Bearing prayer rugs and dressed in their finest clothes, more than 7,000 Valley Muslims gathered Tuesday for their annual Eid al-Adha celebration as 2.4 million others experienced the obligatory pilgrimage, or hajj, to Mecca in Saudi Arabia.
Tempe resident Hafez Turk remembered being the speaker for the Valley’s first Eid al-Adha, the feast of the sacrifice, gathering in 1979 when the Muslim population was only a few thousand. "I gave the lecture at First Federal Savings Banks at Los Arcos Mall (in Scottsdale) and 70 showed up," he said. Today, the Muslim population has grown to more than 35,000.
Tuesday’s hourlong event, which included chanting, prayers and a talk by an imam, brought the faithful to Phoenix Civic Plaza to commemorate the most important feast on the Islamic calendar, which traditionally lasts three days. It recalls the Prophet Abraham willingness to obey God’s instruction to sacrifice his son Isaac before a voice from heaven halted him and allowed him to sacrifice a nearby ram.
Turk said a tradition of some Valley Muslims is to order a slaughtered lamb from a butcher or farmer and donate some or all of it to a needy family. In other cases, families donate the comparable money for a lamb to Muslim social services and relief groups.
"I make sure to bring my family to this," said Faheem Zaman of Chandler, who recently moved from San Francisco. He said he hopes to make the pilgrimage to Mecca someday, fulfilling the fifth of the five Pillars of Islam. Turk estimated that about 70 Valley Muslims are taking part this week in the hajj.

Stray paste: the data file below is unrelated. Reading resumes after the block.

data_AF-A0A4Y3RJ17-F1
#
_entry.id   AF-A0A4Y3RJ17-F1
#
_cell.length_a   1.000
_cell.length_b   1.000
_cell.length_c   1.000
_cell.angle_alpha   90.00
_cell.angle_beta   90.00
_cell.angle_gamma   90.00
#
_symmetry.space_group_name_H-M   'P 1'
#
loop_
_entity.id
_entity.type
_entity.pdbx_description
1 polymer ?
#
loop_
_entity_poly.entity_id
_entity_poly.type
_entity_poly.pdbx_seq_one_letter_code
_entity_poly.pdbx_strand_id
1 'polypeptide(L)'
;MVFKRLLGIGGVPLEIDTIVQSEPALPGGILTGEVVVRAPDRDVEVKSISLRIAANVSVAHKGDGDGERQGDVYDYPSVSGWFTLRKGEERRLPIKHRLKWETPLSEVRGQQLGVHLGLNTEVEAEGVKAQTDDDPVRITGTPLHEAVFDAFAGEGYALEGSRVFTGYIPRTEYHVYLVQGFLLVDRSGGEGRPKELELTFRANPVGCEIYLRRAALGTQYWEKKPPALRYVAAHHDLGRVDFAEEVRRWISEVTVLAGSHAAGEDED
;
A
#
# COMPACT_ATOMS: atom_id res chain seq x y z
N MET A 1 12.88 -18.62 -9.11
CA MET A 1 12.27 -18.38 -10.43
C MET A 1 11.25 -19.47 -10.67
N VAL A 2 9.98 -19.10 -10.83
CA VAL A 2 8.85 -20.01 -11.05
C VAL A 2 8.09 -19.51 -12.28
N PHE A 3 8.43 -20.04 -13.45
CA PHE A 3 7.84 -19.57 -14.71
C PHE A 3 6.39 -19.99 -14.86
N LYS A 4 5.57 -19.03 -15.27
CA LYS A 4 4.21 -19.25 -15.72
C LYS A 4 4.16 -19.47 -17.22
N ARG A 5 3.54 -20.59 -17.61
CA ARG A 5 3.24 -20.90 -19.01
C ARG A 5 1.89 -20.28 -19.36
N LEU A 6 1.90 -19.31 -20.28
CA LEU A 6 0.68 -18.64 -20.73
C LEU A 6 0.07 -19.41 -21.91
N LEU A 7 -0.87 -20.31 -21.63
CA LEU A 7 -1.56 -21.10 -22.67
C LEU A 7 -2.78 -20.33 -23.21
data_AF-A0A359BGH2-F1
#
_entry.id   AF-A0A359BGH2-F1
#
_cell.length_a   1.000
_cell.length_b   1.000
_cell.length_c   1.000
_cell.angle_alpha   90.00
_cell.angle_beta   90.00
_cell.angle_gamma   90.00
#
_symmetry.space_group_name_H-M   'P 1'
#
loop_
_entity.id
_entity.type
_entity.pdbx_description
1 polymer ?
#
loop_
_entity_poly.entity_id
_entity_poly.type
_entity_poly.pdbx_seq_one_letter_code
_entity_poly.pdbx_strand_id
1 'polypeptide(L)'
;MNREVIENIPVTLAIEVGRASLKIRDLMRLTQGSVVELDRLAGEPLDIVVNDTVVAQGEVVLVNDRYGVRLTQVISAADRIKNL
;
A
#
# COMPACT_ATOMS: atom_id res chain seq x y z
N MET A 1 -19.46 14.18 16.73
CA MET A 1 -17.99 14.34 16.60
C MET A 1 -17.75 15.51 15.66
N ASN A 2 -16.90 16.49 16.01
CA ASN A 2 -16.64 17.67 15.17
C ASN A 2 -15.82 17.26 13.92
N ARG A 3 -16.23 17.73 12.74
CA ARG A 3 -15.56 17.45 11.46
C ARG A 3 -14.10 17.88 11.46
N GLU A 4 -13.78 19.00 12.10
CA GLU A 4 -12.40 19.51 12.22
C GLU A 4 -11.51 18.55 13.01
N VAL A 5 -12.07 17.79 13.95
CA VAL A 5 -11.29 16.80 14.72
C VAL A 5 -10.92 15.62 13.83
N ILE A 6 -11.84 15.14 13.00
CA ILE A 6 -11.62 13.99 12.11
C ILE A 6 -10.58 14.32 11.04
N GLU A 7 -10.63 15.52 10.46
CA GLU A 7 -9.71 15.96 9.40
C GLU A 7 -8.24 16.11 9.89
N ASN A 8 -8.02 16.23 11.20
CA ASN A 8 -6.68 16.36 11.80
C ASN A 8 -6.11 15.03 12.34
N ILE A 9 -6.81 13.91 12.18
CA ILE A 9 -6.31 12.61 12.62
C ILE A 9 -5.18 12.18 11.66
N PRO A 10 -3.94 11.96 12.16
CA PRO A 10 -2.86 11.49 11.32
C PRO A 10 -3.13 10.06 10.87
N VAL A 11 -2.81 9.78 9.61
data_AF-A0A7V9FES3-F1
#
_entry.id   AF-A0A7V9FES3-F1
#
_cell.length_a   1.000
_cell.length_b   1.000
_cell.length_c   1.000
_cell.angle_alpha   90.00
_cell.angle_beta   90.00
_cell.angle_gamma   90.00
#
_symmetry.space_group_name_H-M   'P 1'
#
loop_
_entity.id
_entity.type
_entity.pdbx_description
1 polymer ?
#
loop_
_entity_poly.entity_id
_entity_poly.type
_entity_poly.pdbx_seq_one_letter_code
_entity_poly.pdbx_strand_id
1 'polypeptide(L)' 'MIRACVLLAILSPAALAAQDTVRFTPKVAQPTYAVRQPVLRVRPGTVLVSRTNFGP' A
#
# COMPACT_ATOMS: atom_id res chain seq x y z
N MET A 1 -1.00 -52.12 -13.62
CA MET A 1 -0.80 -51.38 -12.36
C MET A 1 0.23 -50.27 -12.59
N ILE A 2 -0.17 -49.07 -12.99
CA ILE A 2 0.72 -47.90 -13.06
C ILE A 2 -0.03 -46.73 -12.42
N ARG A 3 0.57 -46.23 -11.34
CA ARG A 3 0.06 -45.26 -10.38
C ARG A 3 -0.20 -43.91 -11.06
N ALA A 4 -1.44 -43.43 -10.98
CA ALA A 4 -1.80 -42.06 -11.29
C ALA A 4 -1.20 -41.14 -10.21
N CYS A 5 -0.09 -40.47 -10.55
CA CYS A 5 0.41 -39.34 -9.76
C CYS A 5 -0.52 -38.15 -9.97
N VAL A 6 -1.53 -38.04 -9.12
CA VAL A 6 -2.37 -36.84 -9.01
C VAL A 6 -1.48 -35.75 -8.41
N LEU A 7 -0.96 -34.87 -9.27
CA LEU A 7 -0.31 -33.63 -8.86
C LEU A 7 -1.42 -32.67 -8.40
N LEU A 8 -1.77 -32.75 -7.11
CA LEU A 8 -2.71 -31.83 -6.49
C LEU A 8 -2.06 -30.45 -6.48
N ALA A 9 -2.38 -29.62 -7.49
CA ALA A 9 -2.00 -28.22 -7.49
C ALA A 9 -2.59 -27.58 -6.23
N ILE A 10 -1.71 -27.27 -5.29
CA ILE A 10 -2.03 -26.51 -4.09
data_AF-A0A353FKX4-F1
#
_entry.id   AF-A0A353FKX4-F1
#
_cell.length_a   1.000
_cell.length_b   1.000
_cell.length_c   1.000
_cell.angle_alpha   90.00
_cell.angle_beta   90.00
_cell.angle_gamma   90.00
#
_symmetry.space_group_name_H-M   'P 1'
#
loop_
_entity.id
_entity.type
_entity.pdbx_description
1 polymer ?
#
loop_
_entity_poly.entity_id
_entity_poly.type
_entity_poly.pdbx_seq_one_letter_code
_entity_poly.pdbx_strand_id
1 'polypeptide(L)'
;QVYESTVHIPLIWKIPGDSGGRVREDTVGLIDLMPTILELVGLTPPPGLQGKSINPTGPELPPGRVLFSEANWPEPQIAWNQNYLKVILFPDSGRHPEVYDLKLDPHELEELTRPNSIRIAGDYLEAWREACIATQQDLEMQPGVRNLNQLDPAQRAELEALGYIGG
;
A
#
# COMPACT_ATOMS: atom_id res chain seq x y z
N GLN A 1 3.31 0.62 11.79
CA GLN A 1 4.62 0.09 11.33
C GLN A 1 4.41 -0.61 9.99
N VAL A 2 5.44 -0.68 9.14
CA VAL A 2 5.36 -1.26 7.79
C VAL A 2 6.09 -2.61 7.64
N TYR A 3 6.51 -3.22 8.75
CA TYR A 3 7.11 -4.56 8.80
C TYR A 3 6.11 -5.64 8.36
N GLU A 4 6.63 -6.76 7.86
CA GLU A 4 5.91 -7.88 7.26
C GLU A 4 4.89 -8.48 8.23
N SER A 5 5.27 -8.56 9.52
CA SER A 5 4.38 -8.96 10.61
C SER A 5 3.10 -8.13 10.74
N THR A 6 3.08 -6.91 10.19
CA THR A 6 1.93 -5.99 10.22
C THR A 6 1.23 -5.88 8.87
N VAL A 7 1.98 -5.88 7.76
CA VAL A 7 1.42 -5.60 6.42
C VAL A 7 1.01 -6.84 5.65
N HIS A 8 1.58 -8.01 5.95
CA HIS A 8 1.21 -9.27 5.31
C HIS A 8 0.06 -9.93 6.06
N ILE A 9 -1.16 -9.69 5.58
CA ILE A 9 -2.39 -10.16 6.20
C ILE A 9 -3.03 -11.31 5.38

Leena Nasaredden, 17, of Tempe helped direct women and girls to the section of the hall for the prayer service. "This is a chance for all of us in the community to get together in one place for a spiritual gathering," she said. She said she planned to join many others in a full afternoon of celebrating at Castles N’ Coasters fun park, offering a special rate. A Valleywide Eid al-Adha picnic will be noon to 6 p.m. Saturday at Encanto Park in Phoenix.
Shahriar Anwar of Chandler took off from morning work to attend. He compared the day to Thanksgiving and Christmas. He said Muslims see the story of God sparing Isaac as an important test of faith. "It shows how much faith they have for God," he said.
In his lecture, imam Didmar Faja of the Greenway Islamic Center in Phoenix called on Muslims to be tolerant and open to all faiths.
"Intolerance is on the increase in the world today causing death, genocide, violence, religious persecution and so on," he said. "In every situation it is evil and painful. The Quran speaks of the basic dignity of all human beings."